JUNTOS Collective uses dance education to connect with underserved communities in Mexico, Guatemala and Nicaragua. Now in its ninth year, the nonprofit selects students from college dance programs and conservatories to be instructors and performers during annual two-week trips. Locations that JUNTOS visits include orphanages, low-income dance schools, hospitals, retirement homes and centers for HIV-positive children. The organization just returned from Guatemala and will travel to Nicaragua, August 7–20.
“JUNTOS emphasizes the necessity of creating a strong class through adequate planning, strategizing, and effective teaching,” says Eleanor Frechette (Ailey/Fordham ’19), who participated in the program this year. “Throughout the trip, directors Joanna Poz-Molesky and Amy McMurchie give thoughtful notes on your workshop, providing feedback on how to further improve your particular teaching style.”
Eleanor Frechette dancing during JUNTOS Collective performance. Photo courtesy of JUNTOS Collective
Along the way, teachers learn to adapt to different challenges they encounter. “On my first trip to Mexico, I was daunted by the task of teaching a class in Spanish,” Frechette says. “Through many mistakes and mix-ups between words, I realized that the people I am teaching are genuinely interested in what I have to share. I find it easier now to ask for help, and to say ‘¿Como se dice?’ whenever I am unsure of vocabulary.” Another approach she learned was just to open her heart in class: “JUNTOS involves an exchange between cultures, not simply teaching dance. Understanding that I have just as much to learn from my students as they do from me helps ease the nerves of mispronouncing a Spanish word.”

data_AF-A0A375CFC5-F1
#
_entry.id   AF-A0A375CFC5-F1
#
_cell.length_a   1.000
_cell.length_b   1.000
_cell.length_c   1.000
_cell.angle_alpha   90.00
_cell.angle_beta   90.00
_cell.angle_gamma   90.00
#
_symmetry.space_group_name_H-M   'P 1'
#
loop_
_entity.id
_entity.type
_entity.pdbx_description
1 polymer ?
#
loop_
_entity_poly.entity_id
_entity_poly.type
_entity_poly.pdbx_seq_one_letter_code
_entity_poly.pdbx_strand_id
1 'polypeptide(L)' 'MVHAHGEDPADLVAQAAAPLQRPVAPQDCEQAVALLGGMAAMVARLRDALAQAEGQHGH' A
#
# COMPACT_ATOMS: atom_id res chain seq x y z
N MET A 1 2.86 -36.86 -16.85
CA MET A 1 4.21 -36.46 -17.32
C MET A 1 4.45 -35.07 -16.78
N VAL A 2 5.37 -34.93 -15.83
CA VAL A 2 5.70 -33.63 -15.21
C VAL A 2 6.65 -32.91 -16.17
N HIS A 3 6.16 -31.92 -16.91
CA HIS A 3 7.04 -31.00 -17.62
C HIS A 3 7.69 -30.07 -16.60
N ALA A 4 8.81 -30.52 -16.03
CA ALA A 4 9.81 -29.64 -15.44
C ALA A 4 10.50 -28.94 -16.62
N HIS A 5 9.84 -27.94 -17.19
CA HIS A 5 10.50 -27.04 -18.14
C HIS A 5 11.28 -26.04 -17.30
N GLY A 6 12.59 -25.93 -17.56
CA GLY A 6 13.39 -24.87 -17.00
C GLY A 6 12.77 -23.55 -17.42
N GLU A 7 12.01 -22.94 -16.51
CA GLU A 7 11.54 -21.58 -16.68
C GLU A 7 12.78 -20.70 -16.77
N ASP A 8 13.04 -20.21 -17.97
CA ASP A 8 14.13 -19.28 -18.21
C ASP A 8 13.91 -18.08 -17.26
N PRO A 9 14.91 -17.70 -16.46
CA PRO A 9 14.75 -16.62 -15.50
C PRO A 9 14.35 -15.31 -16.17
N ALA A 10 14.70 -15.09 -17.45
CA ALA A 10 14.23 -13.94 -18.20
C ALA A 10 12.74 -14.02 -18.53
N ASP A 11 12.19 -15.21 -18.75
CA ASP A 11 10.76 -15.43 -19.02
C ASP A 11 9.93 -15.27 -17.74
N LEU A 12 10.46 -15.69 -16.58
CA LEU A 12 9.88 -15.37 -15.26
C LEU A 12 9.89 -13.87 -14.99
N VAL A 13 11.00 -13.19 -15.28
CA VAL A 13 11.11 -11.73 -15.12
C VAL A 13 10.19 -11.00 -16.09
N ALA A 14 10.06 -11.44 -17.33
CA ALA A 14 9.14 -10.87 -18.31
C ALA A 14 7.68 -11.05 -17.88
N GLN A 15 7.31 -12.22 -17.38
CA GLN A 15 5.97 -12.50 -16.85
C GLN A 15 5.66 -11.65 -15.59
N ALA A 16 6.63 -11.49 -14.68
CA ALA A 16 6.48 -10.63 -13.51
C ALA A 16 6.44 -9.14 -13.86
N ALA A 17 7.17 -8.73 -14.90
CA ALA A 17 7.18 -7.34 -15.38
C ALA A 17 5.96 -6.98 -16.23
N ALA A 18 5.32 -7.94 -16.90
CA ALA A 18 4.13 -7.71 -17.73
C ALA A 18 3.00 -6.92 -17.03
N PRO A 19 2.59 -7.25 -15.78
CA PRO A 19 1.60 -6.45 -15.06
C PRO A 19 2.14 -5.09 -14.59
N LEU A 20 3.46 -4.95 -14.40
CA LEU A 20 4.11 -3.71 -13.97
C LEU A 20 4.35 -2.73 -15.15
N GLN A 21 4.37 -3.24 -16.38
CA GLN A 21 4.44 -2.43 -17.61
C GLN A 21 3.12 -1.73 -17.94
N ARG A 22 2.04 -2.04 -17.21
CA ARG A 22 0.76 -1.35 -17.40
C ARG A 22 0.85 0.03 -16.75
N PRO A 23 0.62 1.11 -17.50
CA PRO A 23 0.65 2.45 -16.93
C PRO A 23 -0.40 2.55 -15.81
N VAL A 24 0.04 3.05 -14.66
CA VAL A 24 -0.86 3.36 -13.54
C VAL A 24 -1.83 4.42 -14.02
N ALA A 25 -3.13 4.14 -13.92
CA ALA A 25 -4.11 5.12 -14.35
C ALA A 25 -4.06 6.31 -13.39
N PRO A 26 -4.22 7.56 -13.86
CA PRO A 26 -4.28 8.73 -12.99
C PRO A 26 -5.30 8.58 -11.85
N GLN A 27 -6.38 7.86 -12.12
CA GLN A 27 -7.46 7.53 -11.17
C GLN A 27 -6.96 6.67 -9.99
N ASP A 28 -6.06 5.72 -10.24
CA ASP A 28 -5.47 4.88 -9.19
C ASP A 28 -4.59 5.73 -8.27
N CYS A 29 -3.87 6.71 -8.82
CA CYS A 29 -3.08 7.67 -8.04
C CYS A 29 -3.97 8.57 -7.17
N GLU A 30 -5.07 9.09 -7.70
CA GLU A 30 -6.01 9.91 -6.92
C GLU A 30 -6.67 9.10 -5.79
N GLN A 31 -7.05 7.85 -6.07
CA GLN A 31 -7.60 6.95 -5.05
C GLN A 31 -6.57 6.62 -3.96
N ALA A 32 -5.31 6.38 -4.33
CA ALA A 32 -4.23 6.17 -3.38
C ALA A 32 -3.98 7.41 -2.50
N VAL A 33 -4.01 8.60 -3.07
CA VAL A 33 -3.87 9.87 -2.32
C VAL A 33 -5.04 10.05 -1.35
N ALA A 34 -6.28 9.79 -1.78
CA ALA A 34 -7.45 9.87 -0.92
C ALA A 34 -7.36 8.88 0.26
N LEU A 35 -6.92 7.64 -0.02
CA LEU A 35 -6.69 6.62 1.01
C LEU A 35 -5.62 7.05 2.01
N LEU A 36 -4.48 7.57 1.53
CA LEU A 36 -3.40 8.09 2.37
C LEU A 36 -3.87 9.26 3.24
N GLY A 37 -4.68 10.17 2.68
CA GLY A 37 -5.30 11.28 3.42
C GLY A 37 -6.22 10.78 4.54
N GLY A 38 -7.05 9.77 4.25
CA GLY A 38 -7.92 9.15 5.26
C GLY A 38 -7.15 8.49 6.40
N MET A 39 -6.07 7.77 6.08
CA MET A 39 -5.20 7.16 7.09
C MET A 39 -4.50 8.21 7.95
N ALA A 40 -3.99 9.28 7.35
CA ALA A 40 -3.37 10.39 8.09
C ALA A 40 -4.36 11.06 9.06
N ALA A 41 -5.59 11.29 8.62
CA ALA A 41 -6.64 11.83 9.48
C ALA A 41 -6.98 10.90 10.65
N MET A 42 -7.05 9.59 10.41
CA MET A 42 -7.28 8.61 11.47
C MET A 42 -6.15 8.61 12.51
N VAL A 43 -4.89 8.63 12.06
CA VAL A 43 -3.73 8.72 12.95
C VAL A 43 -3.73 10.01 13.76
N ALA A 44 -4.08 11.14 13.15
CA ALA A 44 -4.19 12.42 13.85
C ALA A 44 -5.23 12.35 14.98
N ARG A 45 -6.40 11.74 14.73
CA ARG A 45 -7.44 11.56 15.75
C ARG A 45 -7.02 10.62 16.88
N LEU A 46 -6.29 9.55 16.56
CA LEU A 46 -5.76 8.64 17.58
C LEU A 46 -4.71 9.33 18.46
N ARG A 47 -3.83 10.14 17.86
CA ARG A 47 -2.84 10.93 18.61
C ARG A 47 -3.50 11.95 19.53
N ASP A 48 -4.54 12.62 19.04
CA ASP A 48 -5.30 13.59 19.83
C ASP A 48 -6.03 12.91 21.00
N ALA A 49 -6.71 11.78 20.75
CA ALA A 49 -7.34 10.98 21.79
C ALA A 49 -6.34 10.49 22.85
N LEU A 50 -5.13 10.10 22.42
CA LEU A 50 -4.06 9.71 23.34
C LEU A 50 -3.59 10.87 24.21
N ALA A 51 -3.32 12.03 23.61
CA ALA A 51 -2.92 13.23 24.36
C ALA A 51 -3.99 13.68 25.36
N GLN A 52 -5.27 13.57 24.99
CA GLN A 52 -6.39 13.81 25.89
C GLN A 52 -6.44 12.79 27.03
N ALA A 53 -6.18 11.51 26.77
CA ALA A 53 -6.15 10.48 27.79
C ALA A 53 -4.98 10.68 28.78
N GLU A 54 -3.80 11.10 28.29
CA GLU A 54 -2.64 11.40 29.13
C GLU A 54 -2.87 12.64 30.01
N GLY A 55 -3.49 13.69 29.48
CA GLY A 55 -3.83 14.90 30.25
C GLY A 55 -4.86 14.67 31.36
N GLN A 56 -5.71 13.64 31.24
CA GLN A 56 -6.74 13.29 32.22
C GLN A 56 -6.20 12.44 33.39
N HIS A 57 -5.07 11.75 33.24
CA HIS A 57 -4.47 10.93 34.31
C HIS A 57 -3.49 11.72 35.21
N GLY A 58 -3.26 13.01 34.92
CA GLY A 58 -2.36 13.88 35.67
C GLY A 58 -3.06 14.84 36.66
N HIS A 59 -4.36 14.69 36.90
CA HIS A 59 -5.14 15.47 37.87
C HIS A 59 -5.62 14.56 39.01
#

Eleanor Frechette teaching through JUNTOS Collective. Photo courtesy of JUNTOS Collective
Other challenges go beyond verbal language barriers. In some settings, Frechette and fellow teachers were advised against physically correcting dancers. On another occasion, they taught hearing-impaired children, but had to work with the fact that sign language in Guatemala is different than in the U.S. “My best strategy for that workshop was to consciously utilize my body to show a combination,” she explains. “After all, you need not know the language to teach a good dance class; dance is the language we communicate with. I also made sure to include tactile combinations that can be easily discerned without words.”
Frechette says that putting herself in new situations and learning adaptability in her teaching style allowed her to grow as a teacher, as well as reap its benefits. “Personally, my biggest reward from teaching is seeing my students light up when dance makes them think a different way,” she says. “We aren’t expecting to save the world, but I do believe that dance can save lives.”